National Emissions Standards: Unleashing Health & Economic Potential for the Southeast

By: Justin Brightharp

On March 20th and March 28th, the United States Environmental Protection Agency (U.S. EPA) finalized national emissions standards for passenger cars, medium-duty trucks and vans, and heavy-duty vehicles, respectively, applying to vehicle model years 2027 through 2032. These standards are expected to establish the United States as a leader in the clean transportation space, improve air quality, and lower fuel and operating costs for consumers.

Light-duty and Medium-duty Standard Projected Benefits

  • CO2 reduced by 7.2 billion metric tons
  • $13 billion in annual health benefits
  • Particulate Matter reduced 8,700 tons by 2055
  • NOx reduced 36,000 tons by 2055
  • Volatile Organic Compounds reduced by 150,000 tons by 2055
  • $46 billion in reduced annual fuel costs by 2055
  • Almost $16 billion in reduced annual maintenance and repair costs

Heavy-duty Standard Projected Benefits

  • 1 billion metric tons of greenhouse gas emissions avoided from 2027 to 2055
  • Reduce air pollution for 72 million people near freight routes
  • $13 billion in annualized benefits through 2055:
    • $10 billion in climate benefits
    • $300 million in benefits from PM reduction
    • $3.5 billion in annual savings

Both standards are performance-based emissions, allowing flexibility in building gasoline vehicles with better engines and transmissions and increasing access to energy-efficient vehicle options like hybrid electric vehicles, plug-in hybrid electric vehicles, battery-electric vehicles, and hydrogen fuel cell vehicles. The southeast is home to billions of dollars in private investments from manufacturers along the electric vehicle supply chain, expecting tens of thousands of jobs. The transition towards transportation electrification will benefit the entire United States and local communities across the Southeast.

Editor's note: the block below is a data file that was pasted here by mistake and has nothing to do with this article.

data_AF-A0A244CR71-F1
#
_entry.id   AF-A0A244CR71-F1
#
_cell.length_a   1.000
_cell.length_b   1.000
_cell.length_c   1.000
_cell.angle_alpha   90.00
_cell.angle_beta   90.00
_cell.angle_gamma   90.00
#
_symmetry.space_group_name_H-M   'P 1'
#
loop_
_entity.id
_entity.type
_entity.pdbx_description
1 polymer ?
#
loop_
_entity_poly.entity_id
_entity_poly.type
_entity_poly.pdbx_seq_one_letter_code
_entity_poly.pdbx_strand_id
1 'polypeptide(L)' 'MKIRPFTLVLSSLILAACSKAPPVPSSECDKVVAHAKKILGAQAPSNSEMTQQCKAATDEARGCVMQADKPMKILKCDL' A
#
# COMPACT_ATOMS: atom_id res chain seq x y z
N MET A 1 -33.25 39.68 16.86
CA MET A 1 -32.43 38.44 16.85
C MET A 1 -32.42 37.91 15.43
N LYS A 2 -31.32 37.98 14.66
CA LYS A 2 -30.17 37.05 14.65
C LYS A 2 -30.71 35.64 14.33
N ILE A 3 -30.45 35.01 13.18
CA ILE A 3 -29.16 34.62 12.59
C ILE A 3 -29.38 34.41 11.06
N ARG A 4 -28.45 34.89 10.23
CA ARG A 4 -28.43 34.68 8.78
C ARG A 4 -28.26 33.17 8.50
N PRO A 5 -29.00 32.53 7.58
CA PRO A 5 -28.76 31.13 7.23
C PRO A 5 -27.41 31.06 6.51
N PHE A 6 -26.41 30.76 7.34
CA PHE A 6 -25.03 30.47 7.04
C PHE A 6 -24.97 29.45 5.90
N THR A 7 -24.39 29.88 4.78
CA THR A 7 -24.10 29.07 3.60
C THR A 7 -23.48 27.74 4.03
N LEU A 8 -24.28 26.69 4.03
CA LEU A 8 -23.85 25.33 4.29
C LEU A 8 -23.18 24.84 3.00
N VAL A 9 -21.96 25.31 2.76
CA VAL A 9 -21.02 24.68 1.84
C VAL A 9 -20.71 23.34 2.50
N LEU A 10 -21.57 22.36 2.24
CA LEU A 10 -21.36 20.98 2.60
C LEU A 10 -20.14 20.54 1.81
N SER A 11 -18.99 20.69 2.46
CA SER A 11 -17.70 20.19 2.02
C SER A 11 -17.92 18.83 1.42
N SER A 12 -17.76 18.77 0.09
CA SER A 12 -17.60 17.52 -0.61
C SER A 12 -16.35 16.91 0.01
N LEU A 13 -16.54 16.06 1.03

Projected Electric Vehicle Manufacturing Investments by State 2023

Map: SEEA. Data Source: Atlas Public Policy EV Hub Automaker Dashboard

Projected Electric Vehicle-Specific Jobs by State in the Southeast

Map: SEEA. Data Source: Atlas Public Policy EV Hub Automaker Dashboard

Supporting electric vehicle production requires manufacturing batteries, building vehicle chassis and bodies, building and deploying charging stations, vehicle and charging station maintenance, and battery recycling, all of which can be found in the southeast region. The U.S. EPA projects that 67% of new light-duty vehicle sales and 46% of new medium-duty vehicles could be electric due to the new emissions standards. Thousands, if not millions, of electric vehicles sold in the United States and globally could be built in the southeast region with rippling effects.

For every 100 direct jobs in a durable manufacturing industry, like automotive, over 744 indirect jobs are created. Through 2025, the Southeast region’s existing and announced private investments are expected to bring $93 billion and almost 170,000 direct manufacturing jobs for electric vehicles. This could mean over 1.2 million additional jobs from suppliers and induced jobs from existing and future businesses, including small businesses.

Projected Indirect Jobs from Electric Vehicle Manufacturing in the Southeast 2023

Map: SEEA. Data Source: Economic Policy Institute Employment Multiplier Report. Jan. 2019

The national emission standards for light-duty and medium-duty vehicles, as well as heavy-duty vehicles, provide consumers with health benefits and cost savings and emphasize consumer choice. One of the pathways to improved air quality and health, as well as affordable electric vehicles, for the United States, runs through many communities in the Southeast. The Southeast is poised to see economic growth and the many health and cost benefits from both emissions standards through the thousands of manufacturing jobs created by the electric vehicle supply chain and over a million indirect jobs. Coupled with federal tax incentives: $7,500 for new light-duty electric vehicles, $4,000 for used electric vehicles, and $40,000 for new commercial medium- and heavy-duty electric vehicles built in the United States and the billions of dollars of public investment from the Bipartisan Infrastructure Law and Inflation Reduction Act, we can further accelerate towards cleaner air and better health in our communities.